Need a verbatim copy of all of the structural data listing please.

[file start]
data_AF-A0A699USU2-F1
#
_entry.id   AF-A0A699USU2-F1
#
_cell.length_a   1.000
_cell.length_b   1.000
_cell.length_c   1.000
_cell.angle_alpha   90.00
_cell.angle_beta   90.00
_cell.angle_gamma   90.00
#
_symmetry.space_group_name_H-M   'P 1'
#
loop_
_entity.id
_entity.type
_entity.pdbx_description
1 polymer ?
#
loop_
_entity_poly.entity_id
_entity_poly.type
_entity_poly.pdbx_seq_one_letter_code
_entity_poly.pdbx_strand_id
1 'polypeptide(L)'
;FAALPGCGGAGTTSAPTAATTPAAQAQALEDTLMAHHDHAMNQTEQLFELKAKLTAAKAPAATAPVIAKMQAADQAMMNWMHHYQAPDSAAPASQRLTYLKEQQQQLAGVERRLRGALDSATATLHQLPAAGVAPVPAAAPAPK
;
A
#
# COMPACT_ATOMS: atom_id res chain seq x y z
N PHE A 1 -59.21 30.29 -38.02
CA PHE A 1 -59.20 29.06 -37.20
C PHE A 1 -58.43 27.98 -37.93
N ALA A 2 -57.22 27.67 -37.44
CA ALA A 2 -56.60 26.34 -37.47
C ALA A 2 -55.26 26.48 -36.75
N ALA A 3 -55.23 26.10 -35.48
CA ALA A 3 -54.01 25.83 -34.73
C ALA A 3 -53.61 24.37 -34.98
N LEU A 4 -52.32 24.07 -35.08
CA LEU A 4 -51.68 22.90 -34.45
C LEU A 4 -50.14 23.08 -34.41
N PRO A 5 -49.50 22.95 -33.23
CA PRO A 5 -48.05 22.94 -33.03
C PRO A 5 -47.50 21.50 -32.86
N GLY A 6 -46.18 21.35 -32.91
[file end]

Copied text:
data_AF-A0A699USU2-F1
#
_entry.id   AF-A0A699USU2-F1
#
_cell.length_a   1.000
_cell.length_b   1.000
_cell.length_c   1.000
_cell.angle_alpha   90.00
_cell.angle_beta   90.00
_cell.angle_gamma   90.00
#
_symmetry.space_group_name_H-M   'P 1'
#
loop_
_entity.id
_entity.type
_entity.pdbx_description
1 polymer ?
#
loop_
_entity_poly.entity_id
_entity_poly.type
_entity_poly.pdbx_seq_one_letter_code
_entity_poly.pdbx_strand_id
1 'polypeptide(L)'
;FAALPGCGGAGTTSAPTAATTPAAQAQALEDTLMAHHDHAMNQTEQLFELKAKLTAAKAPAATAPVIAKMQAADQAMMNWMHHYQAPDSAAPASQRLTYLKEQQQQLAGVERRLRGALDSATATLHQLPAAGVAPVPAAAPAPK
;
A
#
# COMPACT_ATOMS: atom_id res chain seq x y z
N PHE A 1 -59.21 30.29 -38.02
CA PHE A 1 -59.20 29.06 -37.20
C PHE A 1 -58.43 27.98 -37.93
N ALA A 2 -57.22 27.67 -37.44
CA ALA A 2 -56.60 26.34 -37.47
C ALA A 2 -55.26 26.48 -36.75
N ALA A 3 -55.23 26.10 -35.48
CA ALA A 3 -54.01 25.83 -34.73
C ALA A 3 -53.61 24.37 -34.98
N LEU A 4 -52.32 24.07 -35.08
CA LEU A 4 -51.68 22.90 -34.45
C LEU A 4 -50.14 23.08 -34.41
N PRO A 5 -49.50 22.95 -33.23
CA PRO A 5 -48.05 22.94 -33.03
C PRO A 5 -47.50 21.50 -32.86
N GLY A 6 -46.18 21.35 -32.91